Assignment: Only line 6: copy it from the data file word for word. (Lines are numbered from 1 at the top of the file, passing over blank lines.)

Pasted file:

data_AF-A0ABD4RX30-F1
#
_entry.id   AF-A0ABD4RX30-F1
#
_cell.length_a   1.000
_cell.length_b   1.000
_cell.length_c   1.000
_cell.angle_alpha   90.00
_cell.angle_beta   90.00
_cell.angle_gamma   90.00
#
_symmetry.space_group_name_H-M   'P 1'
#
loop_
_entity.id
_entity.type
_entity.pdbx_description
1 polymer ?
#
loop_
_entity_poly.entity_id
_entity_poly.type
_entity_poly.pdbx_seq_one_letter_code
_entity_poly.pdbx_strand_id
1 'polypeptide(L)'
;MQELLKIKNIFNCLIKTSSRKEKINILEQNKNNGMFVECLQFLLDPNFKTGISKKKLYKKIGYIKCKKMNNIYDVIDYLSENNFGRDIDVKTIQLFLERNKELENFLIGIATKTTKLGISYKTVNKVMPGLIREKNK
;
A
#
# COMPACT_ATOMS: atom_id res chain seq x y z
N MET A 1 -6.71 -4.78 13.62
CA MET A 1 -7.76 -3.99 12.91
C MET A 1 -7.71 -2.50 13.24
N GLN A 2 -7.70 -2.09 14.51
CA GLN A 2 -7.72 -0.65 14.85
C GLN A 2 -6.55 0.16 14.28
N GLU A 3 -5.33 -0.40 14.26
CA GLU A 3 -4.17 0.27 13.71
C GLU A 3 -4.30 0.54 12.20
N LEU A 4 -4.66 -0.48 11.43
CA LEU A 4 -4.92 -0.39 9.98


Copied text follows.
_cell.length_b   1.000